Victims Of Domestic Violence And Their Experiences With Social Workers And Other Professionals
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Are you a professional working with victims of domestic violence? Often professionals work with victims of domestic violence and can often end up victimising them without even being aware of it. Some professionals may have victim blaming attitudes and actually be a part of the social problem of revictimisation that victims of domestic violence go through when they turn to professionals and support agencies for help.
When some victims of domestic violence turn to professionals for support they may be blamed for the abuse or even mistreated. This revictimisation can cause victims of domestic violence to become depressed, hopeless and even give up looking for help to get out of an abusive relationship. Professionals working with victims of domestic violence need to be aware of how they treat domestic abuse victims when they are approached for support. Victims of domestic violence need a non judgemental attitude, empathy, understanding and emotional support.
Some victims of domestic violence have reported in various research studies that they get treated badly when they go to support agencies for help. Domestic abuse victims may turn to police, doctors, counsellors, victim support workers, and social workers for help. However, the drawback is that the support that they were looking for is not often what they receive.
As a professional do you understand the type of support victims of domestic violence want? Many professionals go through training on how to work with domestic abuse victims and may read many books on how to support victims of abuse. Unfortunately, many domestic abuse victims do not feel supported and they also feel that some workers need more training on how to give the correct support to abuse victims.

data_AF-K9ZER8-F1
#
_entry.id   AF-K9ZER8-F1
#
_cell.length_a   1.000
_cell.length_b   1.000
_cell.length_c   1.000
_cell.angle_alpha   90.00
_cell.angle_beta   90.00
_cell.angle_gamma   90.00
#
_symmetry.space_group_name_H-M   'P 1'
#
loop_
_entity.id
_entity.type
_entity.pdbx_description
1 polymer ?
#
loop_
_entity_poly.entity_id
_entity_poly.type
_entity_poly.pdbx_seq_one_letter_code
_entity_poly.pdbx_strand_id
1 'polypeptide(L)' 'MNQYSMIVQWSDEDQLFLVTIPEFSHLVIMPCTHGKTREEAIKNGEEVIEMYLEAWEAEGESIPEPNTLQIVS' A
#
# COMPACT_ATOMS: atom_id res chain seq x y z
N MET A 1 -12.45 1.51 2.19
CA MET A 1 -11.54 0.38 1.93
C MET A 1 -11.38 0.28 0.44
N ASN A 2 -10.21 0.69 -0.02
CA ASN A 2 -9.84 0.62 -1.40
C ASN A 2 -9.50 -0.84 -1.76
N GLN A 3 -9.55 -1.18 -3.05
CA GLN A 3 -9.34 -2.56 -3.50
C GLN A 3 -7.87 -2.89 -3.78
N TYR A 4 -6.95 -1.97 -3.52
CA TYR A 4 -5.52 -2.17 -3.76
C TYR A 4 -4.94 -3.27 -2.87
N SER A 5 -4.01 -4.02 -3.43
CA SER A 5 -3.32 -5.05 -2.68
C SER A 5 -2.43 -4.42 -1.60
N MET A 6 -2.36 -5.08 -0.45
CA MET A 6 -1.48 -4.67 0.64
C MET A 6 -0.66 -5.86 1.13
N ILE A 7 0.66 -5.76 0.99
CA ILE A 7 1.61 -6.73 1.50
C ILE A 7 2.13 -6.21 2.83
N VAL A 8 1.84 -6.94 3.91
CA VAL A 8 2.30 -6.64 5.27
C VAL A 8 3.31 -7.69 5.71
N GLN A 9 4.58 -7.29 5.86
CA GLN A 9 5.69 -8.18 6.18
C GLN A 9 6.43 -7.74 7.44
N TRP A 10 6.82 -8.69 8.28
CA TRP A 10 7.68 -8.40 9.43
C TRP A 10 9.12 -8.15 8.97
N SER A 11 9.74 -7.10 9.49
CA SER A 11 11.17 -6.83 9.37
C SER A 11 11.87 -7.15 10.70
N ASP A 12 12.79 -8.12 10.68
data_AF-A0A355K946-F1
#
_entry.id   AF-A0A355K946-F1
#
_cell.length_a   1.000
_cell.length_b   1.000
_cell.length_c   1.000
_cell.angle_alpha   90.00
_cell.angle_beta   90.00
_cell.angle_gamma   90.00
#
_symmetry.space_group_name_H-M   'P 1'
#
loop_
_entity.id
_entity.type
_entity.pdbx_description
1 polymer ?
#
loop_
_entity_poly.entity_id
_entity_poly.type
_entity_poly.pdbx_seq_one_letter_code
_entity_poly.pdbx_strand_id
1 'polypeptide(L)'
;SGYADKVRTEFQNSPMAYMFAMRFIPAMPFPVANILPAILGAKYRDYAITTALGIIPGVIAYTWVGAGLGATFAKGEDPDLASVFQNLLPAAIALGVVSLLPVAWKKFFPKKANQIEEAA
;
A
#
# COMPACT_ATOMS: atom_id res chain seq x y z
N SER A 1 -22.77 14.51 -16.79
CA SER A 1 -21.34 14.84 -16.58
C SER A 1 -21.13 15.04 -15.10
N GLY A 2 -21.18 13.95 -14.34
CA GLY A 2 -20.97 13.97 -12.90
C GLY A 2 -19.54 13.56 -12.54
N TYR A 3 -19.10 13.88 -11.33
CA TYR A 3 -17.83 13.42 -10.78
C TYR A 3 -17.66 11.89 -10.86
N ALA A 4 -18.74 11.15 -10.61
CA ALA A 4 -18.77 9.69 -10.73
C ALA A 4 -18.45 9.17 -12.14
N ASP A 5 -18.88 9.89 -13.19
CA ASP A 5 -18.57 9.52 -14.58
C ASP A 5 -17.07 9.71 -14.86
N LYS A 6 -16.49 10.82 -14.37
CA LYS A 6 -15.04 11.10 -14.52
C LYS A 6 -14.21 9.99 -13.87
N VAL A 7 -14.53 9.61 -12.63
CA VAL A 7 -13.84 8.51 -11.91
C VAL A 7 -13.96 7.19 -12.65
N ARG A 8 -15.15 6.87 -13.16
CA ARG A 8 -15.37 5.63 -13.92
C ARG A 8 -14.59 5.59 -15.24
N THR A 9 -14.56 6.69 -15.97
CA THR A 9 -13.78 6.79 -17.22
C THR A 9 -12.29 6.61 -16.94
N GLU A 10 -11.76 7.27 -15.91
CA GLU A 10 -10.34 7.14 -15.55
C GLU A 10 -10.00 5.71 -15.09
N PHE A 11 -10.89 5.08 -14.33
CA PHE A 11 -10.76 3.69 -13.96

Do victims of domestic violence feel that they should be treated better? What do you think? If a domestic abuse victim goes to a professional for support and ends up being victimised then they may feel that there is no point in reaching out for help. This may cause some domestic abuse victims not to get the help and support they desperately need.
A UK qualitative research study of the experiences of victims of domestic violence and their experiences of social work intervention showed that many victims of domestic violence have negative experiences with social workers. This study presented the viewpoint of victims of domestic violence about their social workers. The participants in the research presented both positive and negative views of social workers. They described their encounters with social workers and how they felt social workers could improve their intervention in order for it to be more beneficial.
Professionals need to improve their practice with victims of domestic violence in order to meet their needs and help them feel empowered enough to leave abusive relationships.